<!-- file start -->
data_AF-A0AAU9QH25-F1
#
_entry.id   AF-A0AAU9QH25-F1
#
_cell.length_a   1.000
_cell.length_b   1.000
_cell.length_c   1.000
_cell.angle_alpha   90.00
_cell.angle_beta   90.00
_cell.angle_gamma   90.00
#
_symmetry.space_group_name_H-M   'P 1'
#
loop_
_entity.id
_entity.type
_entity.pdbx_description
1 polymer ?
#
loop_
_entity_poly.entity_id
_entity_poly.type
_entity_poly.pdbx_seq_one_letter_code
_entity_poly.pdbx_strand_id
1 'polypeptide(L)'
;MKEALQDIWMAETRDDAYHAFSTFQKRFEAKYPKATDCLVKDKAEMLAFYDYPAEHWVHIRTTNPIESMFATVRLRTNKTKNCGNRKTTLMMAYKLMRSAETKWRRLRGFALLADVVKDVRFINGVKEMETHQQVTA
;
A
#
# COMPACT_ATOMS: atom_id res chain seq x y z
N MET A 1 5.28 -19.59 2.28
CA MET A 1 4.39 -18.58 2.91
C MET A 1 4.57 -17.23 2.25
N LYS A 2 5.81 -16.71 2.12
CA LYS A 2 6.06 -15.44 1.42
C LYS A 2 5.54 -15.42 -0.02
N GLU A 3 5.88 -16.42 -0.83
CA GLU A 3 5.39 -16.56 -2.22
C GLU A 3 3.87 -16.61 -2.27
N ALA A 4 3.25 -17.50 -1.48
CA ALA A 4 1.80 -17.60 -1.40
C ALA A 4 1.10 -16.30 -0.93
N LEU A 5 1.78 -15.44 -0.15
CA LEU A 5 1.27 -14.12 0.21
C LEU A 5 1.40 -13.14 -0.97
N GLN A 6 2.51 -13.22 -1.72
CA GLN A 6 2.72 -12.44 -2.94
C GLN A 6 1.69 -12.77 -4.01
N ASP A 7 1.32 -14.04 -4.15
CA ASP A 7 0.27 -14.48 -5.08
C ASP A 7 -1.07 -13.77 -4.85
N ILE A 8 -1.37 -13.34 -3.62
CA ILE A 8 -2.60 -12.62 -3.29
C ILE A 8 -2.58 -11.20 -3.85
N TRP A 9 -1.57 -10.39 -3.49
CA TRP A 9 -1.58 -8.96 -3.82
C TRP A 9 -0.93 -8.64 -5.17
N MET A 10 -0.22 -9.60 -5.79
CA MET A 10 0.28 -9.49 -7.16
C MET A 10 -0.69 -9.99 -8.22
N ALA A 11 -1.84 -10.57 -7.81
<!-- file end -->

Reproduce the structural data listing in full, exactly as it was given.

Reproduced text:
data_AF-A0AAU9QH25-F1
#
_entry.id   AF-A0AAU9QH25-F1
#
_cell.length_a   1.000
_cell.length_b   1.000
_cell.length_c   1.000
_cell.angle_alpha   90.00
_cell.angle_beta   90.00
_cell.angle_gamma   90.00
#
_symmetry.space_group_name_H-M   'P 1'
#
loop_
_entity.id
_entity.type
_entity.pdbx_description
1 polymer ?
#
loop_
_entity_poly.entity_id
_entity_poly.type
_entity_poly.pdbx_seq_one_letter_code
_entity_poly.pdbx_strand_id
1 'polypeptide(L)'
;MKEALQDIWMAETRDDAYHAFSTFQKRFEAKYPKATDCLVKDKAEMLAFYDYPAEHWVHIRTTNPIESMFATVRLRTNKTKNCGNRKTTLMMAYKLMRSAETKWRRLRGFALLADVVKDVRFINGVKEMETHQQVTA
;
A
#
# COMPACT_ATOMS: atom_id res chain seq x y z
N MET A 1 5.28 -19.59 2.28
CA MET A 1 4.39 -18.58 2.91
C MET A 1 4.57 -17.23 2.25
N LYS A 2 5.81 -16.71 2.12
CA LYS A 2 6.06 -15.44 1.42
C LYS A 2 5.54 -15.42 -0.02
N GLU A 3 5.88 -16.42 -0.83
CA GLU A 3 5.39 -16.56 -2.22
C GLU A 3 3.87 -16.61 -2.27
N ALA A 4 3.25 -17.50 -1.48
CA ALA A 4 1.80 -17.60 -1.40
C ALA A 4 1.10 -16.30 -0.93
N LEU A 5 1.78 -15.44 -0.15
CA LEU A 5 1.27 -14.12 0.21
C LEU A 5 1.40 -13.14 -0.97
N GLN A 6 2.51 -13.22 -1.72
CA GLN A 6 2.72 -12.44 -2.94
C GLN A 6 1.69 -12.77 -4.01
N ASP A 7 1.32 -14.04 -4.15
CA ASP A 7 0.27 -14.48 -5.08
C ASP A 7 -1.07 -13.77 -4.85
N ILE A 8 -1.37 -13.34 -3.62
CA ILE A 8 -2.60 -12.62 -3.29
C ILE A 8 -2.58 -11.20 -3.85
N TRP A 9 -1.57 -10.39 -3.49
CA TRP A 9 -1.58 -8.96 -3.82
C TRP A 9 -0.93 -8.64 -5.17
N MET A 10 -0.22 -9.60 -5.79
CA MET A 10 0.28 -9.49 -7.16
C MET A 10 -0.69 -9.99 -8.22
N ALA A 11 -1.84 -10.57 -7.81